Ruptured Domesticity, Sunny Bank Mills Archive, Search Engine Chatbots, More: Thursday Afternoon ResearchBuzz, March 23, 2023


PBS News Hour: What it means to be Iraqi, 20 years after the U.S. invasion. “The 2003 invasion of Iraq is a memory forever etched in the minds of millions of Iraqis who were living in and outside the country at the time. Years of war, followed by continued instability in the country, has cost generations time and trauma. In Ruptured Domesticity, a digital archive, Iraqi researcher Sana Murrani has collected the memories of Iraqis living inside and outside the country during the times of war.”

Bradford Telegraph and Argus: Significant textile archive goes online thanks to year-long project. “ONE of the most significant woven textile archives in the UK is now available online thanks to a year-long collaboration. Called Weaving the Web, it means that the historic Sunny Bank Mills Archive can now be viewed in 3D on the web.”


The Verge: Google and Microsoft’s chatbots are already citing one another in a misinformation shitshow. “Microsoft’s Bing said Google’s Bard had been shut down after it misread a story citing a tweet sourced from a joke. It’s not a good sign for the future of online misinformation.”


Ars Technica: Are Roblox’s new AI coding and art tools the future of game development?. “At the Game Developers Conference Monday, Roblox rolled out a new set of AI tools designed to let the company’s millions of player-creators create usable game code and in-game 2D surfaces using nothing but simple text descriptions.”

Axios Cleveland: RadioGPT brings AI to the airwaves. “Driving the news: Local media company Futuri has launched RadioGPT, the world’s first-ever radio platform powered by artificial intelligence. Why it matters: RadioGPT could transform the broadcast industry, enabling companies to cut costs while determining some, if not all, of a radio station’s content.”


WIRED: The Scorched-Earth Tactics of Iran’s Cyber Army. “Within its borders, the Iranian regime controls its population through one of the world’s toughest internet filtering systems, physical crackdowns, and mass arrests carried out with impunity. However, the IRI is vulnerable beyond its physical and virtual borders, as the regime struggles to contain the discourse and silence dissidents. To combat opposition narratives in the West and among VPN-armed domestic activists online, the IRI cyber army deploys multifaceted, devious, and sometimes clumsy tactics.”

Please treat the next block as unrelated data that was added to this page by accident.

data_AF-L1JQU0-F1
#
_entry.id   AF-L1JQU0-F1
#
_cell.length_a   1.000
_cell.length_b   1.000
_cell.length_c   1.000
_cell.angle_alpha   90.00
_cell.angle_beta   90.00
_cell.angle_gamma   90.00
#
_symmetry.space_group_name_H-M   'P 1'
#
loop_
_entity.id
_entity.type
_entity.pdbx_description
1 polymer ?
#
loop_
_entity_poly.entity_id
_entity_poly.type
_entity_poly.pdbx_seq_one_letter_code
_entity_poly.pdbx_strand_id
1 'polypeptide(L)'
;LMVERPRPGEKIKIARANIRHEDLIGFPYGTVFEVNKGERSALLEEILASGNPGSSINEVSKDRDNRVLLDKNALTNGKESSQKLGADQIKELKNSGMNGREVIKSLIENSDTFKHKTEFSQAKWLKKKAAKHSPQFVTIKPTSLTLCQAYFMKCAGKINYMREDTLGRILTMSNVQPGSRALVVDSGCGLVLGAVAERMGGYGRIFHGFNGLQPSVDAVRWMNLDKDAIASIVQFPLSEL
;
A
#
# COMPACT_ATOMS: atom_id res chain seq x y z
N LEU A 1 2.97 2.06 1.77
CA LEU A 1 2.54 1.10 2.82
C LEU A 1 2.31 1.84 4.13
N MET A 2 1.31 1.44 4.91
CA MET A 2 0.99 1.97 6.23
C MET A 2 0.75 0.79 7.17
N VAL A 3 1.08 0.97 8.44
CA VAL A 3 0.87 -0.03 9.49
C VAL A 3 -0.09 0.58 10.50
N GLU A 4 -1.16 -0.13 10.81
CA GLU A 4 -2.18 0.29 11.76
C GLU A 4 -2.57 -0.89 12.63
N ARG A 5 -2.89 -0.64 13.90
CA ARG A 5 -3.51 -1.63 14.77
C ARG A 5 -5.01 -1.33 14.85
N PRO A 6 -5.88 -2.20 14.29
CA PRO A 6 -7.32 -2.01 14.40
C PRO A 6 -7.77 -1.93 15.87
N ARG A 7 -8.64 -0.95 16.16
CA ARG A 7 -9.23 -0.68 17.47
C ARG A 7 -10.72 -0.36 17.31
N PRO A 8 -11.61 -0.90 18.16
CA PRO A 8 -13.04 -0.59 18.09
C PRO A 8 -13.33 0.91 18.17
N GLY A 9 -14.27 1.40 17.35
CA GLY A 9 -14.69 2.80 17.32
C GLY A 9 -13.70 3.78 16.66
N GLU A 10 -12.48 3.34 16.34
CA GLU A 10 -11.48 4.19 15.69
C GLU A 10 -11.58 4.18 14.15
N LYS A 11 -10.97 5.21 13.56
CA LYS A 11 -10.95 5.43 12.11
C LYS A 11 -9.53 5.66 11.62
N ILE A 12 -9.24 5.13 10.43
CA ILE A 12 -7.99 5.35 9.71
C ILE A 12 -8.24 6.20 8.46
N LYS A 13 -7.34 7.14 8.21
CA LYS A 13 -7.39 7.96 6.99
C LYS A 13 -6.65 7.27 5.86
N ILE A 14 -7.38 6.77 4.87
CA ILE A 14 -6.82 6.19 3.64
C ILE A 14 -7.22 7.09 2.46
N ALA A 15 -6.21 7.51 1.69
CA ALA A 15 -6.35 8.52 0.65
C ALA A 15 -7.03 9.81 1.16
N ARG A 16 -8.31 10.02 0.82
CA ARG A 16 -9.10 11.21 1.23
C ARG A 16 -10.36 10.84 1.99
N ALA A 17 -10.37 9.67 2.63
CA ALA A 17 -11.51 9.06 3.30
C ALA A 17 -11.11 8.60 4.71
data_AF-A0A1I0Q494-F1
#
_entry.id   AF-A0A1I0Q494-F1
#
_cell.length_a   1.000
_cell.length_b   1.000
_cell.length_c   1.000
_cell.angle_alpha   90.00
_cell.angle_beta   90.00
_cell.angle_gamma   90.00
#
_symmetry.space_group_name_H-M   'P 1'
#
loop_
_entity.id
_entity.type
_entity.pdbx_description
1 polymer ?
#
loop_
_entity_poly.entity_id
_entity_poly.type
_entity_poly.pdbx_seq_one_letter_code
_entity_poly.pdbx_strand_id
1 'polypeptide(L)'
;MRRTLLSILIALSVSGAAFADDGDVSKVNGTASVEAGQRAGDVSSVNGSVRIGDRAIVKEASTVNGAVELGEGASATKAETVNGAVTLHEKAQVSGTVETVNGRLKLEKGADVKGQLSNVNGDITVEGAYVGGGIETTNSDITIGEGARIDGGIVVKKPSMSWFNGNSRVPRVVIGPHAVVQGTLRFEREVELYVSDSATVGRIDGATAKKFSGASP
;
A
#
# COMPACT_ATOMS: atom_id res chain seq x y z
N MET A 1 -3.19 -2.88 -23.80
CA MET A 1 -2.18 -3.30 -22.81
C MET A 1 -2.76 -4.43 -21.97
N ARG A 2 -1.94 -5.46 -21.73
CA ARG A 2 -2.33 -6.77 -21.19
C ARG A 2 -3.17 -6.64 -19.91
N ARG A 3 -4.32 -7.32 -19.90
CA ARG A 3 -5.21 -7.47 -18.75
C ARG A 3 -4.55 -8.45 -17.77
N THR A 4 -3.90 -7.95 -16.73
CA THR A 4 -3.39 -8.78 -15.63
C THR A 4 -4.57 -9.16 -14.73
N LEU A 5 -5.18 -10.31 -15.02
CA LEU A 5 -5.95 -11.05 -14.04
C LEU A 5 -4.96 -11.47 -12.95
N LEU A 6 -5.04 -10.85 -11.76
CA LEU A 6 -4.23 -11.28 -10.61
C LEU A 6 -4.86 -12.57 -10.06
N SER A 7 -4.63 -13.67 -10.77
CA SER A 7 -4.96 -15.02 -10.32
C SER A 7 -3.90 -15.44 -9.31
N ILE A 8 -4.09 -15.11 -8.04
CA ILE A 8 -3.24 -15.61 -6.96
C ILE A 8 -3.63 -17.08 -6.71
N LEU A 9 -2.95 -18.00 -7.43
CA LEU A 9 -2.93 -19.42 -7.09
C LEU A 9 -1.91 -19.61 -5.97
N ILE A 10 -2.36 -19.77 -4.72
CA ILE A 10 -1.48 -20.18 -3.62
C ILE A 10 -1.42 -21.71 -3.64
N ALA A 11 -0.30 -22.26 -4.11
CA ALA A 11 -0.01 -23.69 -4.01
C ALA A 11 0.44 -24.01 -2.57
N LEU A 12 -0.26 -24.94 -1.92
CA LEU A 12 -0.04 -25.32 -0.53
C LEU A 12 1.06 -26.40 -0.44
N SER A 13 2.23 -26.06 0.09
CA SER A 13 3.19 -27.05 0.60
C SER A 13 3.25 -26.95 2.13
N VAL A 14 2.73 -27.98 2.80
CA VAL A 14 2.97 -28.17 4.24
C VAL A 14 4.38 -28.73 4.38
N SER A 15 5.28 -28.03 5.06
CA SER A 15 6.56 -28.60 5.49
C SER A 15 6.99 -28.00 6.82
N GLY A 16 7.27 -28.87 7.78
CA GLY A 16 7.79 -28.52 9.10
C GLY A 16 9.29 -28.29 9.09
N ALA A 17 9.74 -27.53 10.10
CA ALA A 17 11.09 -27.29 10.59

BBC: How Elon Musk’s tweets unleashed a wave of hate. “There have been hundreds of posts, many including misogynistic slurs and abusive language. There have also been threatening messages, including depictions of kidnap and hanging.”

Bleeping Computer: Dole discloses employee data breach after ransomware attack. “Fresh produce giant Dole Food Company has confirmed threat actors behind a February ransomware attack have accessed the information of an undisclosed number of employees. Dole employs around 38,000 people worldwide, providing fresh fruits and vegetables to customers in more than 75 countries.”


HuffPost: We Were All Supposed To Leave The Twitter Dumpster Fire. Why Are We Still Here?. “The social media platform was supposed to be canceled right after spoiled man-baby Elon Musk purchased the site. But, for some reason, we just can’t leave it alone.” I suspect the “some reason” is that social media sites have destroyed the decentralized nature of the Web and there are no good alternatives.

University of Kentucky: UK’s Brent Seales launches global competition to decipher Herculaneum scrolls. “Brent Seales, a computer science professor at the University of Kentucky, is leading a global competition to read the charred scrolls after demonstrating that an artificial intelligence program (AI) can successfully extract letters and symbols from X-ray images of the unrolled papyri (EduceLab-scrolls).” Good afternoon, Internet…

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